Condom Effectiveness Rate [2022]: Do Condoms REALLY Work?

We’ve gathered every statistic you need to know about condom effectiveness rate, its use for men and women, mistakes people make, pros & cons, and more.

condom effectiveness rate

Condoms are one of the most common & widely used forms of contraception and STI prevention globally. In testing, they’re considered to be very effective – but does that hold up with reality?

In this article, we’ve gathered every statistic you need to know about condom use for both men and women, how effective they are, mistakes people make, pros and cons, and more. 

Top Condom Effectiveness Statistics You Should Know:

  • 46% of American women studied use male condoms as their contraceptive method.
  • Male and female condoms should not be used at the same time.
  • Male condoms are 98% effective if they are perfectly used.
  • Effectiveness rates are up to 10 times lower than theoretical effectiveness when action from the user is required.
  • Failure rates for condoms range from 3% to 15%.
  • 79% of men have had some trouble with condoms slipping up but not off.
  • Non-latex condoms had a higher frequency of breakage or slippage during intercourse or withdrawal (4.0%) than latex condoms (1.3%).
  • The breakage rate for non-latex condoms was about eight times higher than for latex condoms.

What Are Condoms?

Before we dive into how well condoms work, let’s define what a condom is, how familiar people are with condoms, and how often they’re used:

  • Condoms are thin fitted tubes worn on the penis during sex (for male condoms) or inserted into the vagina (for female condoms).
    • Condoms create a barrier that keeps semen and other body fluids out of the vagina, rectum, or mouth.
    • (WebMD, 2021)1
  • Approximately 85% of women in urban areas and 69% of women from rural areas have heard of a condom.
    • (Indian Journal of Sexually Transmitted Diseases and AIDS, 2015)2
  • Currently, 9.8% of urban and 3.2% of rural married women use condoms.
    • (Indian Journal of Sexually Transmitted Diseases and AIDS, 2015)2
  • Among the sexually active unmarried population, 72.4% of women and 98% of men used condoms. 
    • The prevalence of condom use may be affected by accessibility, availability, policies, and political influence.
    • (Indian Journal of Sexually Transmitted Diseases and AIDS, 2015)2
  • 46% of American women studied use male condoms as their contraceptive method.
    • This made condoms the most popular contraceptive method among women in this study of 433 American women.
    • (Contraception, 2006)3

How Do Condoms Work?

Condoms are, in some ways, the simplest form of birth control and STI prevention by creating a barrier that physically prevents semen and other fluids from passing. Here’s how they work:

  • Condoms work by keeping semen from entering the vagina.
    • (Nemours Children’s Health, 2022)4
  • Male condoms are placed on the penis when it becomes erect.
    • It is unrolled to the base of the penis while holding the tip of the condom to leave extra room at the end, creating a space for semen after ejaculation. This also makes it less likely that the condom will break.
    • (Nemours Children’s Health, 2022)4
  • Female condoms work similarly and are inserted into the vagina using the closed-end ring. The other ring creates the open end of the condom.
    • Once inserted, the condom lines the walls of the vagina, creating a barrier between the sperm and the cervix.
    • Female condoms can be inserted up to 8 hours before intercourse.
    • (Nemours Children’s Health, 2022)4
  • Male and female condoms should not be used at the same time.
    • Friction between the two can break them, make them stick together, or cause one or the other to slip out of place during sex.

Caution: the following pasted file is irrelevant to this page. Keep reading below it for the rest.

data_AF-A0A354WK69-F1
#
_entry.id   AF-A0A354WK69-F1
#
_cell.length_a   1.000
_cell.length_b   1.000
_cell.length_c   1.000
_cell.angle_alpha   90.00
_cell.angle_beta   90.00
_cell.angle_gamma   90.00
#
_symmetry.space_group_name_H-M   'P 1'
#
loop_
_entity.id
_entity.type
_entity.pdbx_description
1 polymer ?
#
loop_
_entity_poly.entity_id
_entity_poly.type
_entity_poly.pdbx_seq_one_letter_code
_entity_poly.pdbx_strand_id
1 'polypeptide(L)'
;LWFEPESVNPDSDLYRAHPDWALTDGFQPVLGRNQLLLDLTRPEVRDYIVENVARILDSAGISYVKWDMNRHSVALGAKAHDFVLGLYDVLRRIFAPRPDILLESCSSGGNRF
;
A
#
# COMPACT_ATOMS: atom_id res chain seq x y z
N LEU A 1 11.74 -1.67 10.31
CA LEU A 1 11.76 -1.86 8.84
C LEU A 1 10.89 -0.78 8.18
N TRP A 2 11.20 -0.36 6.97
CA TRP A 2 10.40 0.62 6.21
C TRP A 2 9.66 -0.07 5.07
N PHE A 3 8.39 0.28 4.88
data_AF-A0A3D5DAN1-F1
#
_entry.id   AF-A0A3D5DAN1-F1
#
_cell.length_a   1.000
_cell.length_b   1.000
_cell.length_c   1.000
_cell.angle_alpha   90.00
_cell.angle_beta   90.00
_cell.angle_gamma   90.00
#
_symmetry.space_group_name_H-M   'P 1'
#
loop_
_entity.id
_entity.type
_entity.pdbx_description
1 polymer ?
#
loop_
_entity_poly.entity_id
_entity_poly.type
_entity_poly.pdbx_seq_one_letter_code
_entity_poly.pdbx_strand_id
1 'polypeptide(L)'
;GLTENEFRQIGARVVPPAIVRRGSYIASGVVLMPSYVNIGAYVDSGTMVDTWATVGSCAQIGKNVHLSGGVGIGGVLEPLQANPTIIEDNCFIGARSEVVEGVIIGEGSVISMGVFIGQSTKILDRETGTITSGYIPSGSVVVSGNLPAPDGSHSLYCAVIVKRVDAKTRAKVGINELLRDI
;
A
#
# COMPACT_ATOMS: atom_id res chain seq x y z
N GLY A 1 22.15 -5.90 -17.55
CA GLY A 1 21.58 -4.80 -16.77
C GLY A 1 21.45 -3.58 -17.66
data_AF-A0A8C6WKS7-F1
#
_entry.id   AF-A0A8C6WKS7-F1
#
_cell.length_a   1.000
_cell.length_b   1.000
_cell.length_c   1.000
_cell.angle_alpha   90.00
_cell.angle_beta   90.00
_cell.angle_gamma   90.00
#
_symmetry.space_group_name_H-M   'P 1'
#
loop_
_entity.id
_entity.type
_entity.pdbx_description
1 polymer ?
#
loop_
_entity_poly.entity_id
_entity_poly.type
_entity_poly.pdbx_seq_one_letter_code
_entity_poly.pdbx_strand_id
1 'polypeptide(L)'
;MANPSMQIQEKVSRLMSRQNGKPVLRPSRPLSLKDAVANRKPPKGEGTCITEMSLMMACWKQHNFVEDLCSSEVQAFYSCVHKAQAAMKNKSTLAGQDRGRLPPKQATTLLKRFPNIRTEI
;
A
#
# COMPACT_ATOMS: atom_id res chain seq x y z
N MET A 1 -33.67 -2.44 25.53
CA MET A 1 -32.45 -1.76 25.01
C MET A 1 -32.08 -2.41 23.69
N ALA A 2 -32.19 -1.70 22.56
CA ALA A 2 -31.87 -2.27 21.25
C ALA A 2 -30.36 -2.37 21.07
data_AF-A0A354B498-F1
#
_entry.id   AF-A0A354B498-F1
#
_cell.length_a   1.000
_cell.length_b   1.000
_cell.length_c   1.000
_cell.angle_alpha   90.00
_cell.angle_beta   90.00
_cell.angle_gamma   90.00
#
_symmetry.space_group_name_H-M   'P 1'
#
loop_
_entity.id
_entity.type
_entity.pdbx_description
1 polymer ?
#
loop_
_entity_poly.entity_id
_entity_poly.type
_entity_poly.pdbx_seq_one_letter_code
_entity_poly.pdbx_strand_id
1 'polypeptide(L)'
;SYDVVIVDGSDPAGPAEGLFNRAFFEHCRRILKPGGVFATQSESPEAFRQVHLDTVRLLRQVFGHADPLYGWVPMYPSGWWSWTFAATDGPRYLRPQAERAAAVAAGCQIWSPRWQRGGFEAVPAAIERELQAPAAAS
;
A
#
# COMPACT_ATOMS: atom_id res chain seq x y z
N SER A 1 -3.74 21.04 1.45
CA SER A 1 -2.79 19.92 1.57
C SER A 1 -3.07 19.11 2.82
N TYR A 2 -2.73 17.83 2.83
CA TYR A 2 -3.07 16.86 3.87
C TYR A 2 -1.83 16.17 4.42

• If a condom breaks or slips, semen can get through, making the condom less likely to prevent pregnancy or STDs.
    • (Nemours Children’s Health, 2022)4

The Different Types of Condom Materials

Condoms can be made of several different kinds of materials, some of which are more effective at preventing STDs, pregnancy, or both. Here are the different kinds of condoms:

  • There are three types of condom materials: natural materials, latex rubber, and plastic.
    • (Indian Journal of Sexually Transmitted Diseases and AIDS, 2015)2
  • Natural condoms can be an effective barrier against sperm and bacterial STDs but do not protect against viral organisms such as HIV, which are smaller than bacteria.
    • Natural condoms allow the transfer of body heat between partners.
    • (Indian Journal of Sexually Transmitted Diseases and AIDS, 2015)2
  • Latex condoms are less porous than natural condoms and form a more effective barrier that can block smaller organisms, such as HIV.
    • Latex condoms reduce heat transfer, which may contribute to reducing sexual pleasure.
    • (Indian Journal of Sexually Transmitted Diseases and AIDS, 2015)2
  • Plastic or polyurethane condoms are under development.
    • These condoms provide an effective barrier against HIV and bacterial STDs while allowing better transfer of heat.
    • They are thinner than latex condoms and increase sensitivity.
    • Plastic condoms are also more expensive than latex condoms and less flexible, so more lubrication may be needed.
    • (Indian Journal of Sexually Transmitted Diseases and AIDS, 2015)2

Condom Effectiveness Rates

Condoms are widely considered very effective at preventing pregnancies and STDs, but generally only with perfect use. These studies show what perfect use is, how effective condoms are with perfect and imperfect use, and more:

  • “Perfect use” is when the method of condom use, application, and removal are always used correctly.
    • (National Health Service, 2017)5
  • Some methods are less effective with “typical use.”
    • This is when the method is not always used correctly.
    • Some methods do not have typical use rates because they have no user failure.
    • (National Health Service, 2017)5
  • Contraception is less effective at preventing pregnancy if not used correctly.
    • (National Health Service, 2017)5
  • Male condoms are 98% effective if they are perfectly used.